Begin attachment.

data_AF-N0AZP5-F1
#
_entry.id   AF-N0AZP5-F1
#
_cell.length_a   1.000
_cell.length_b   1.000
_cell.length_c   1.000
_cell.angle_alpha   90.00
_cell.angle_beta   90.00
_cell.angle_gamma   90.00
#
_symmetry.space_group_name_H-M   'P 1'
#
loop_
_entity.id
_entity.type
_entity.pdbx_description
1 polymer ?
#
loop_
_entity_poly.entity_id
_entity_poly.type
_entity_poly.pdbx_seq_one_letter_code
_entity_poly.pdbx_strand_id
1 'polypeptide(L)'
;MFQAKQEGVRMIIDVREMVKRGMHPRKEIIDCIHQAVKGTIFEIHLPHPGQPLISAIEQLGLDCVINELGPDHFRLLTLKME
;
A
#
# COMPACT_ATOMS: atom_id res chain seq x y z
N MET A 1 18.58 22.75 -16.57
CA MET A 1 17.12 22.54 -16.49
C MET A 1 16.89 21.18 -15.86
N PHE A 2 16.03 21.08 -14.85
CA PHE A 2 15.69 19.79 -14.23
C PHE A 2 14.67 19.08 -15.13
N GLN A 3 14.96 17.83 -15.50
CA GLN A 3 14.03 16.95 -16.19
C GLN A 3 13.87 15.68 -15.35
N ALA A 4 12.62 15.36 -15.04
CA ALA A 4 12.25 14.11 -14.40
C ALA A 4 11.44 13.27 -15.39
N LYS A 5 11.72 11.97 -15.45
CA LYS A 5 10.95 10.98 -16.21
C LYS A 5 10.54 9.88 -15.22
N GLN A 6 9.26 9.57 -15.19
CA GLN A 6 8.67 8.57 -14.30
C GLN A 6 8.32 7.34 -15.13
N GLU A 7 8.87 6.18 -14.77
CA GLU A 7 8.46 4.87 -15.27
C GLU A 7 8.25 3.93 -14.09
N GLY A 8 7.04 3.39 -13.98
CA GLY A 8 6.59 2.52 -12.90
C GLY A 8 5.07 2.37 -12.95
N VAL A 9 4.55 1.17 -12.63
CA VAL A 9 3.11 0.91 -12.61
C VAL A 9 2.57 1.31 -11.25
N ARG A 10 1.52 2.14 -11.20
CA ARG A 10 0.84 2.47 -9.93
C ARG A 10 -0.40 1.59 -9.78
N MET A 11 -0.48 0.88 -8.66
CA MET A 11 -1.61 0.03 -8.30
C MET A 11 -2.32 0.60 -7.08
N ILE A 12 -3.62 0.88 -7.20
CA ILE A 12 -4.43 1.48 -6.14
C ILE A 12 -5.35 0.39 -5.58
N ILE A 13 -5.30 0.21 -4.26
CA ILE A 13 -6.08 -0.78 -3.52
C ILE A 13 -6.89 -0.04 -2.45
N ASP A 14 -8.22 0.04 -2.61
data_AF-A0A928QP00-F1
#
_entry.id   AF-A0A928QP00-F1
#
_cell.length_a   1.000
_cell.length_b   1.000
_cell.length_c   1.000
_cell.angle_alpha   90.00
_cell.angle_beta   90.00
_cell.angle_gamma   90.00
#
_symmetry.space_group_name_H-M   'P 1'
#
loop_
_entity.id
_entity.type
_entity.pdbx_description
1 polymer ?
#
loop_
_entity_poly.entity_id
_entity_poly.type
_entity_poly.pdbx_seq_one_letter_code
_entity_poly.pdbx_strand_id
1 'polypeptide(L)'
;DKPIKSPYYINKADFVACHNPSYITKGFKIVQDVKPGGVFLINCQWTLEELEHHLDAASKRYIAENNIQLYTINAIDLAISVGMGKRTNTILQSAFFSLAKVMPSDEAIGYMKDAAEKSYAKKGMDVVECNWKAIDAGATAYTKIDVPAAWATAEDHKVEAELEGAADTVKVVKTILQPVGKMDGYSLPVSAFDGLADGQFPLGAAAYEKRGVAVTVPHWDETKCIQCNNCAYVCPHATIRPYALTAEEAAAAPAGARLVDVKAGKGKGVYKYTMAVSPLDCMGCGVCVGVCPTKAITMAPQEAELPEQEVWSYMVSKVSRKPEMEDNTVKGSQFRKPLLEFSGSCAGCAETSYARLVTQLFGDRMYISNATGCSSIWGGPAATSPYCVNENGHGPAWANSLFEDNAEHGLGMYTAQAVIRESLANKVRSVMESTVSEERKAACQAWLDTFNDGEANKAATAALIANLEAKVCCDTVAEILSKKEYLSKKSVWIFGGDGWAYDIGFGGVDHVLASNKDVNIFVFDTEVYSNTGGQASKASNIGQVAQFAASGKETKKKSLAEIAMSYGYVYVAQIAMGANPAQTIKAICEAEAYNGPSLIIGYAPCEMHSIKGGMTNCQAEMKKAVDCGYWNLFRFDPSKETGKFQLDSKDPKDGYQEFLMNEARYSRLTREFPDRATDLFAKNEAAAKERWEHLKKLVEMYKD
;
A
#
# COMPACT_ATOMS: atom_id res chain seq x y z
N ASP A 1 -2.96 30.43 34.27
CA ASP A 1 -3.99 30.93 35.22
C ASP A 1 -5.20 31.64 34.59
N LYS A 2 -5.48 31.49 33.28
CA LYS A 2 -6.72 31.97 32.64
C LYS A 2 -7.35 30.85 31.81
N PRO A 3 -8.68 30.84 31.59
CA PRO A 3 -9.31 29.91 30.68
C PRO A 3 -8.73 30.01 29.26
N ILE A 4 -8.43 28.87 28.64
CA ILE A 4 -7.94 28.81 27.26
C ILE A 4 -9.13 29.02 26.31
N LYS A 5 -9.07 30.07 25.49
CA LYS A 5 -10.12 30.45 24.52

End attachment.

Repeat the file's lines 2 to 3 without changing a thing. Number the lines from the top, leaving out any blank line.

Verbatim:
#
_entry.id   AF-N0AZP5-F1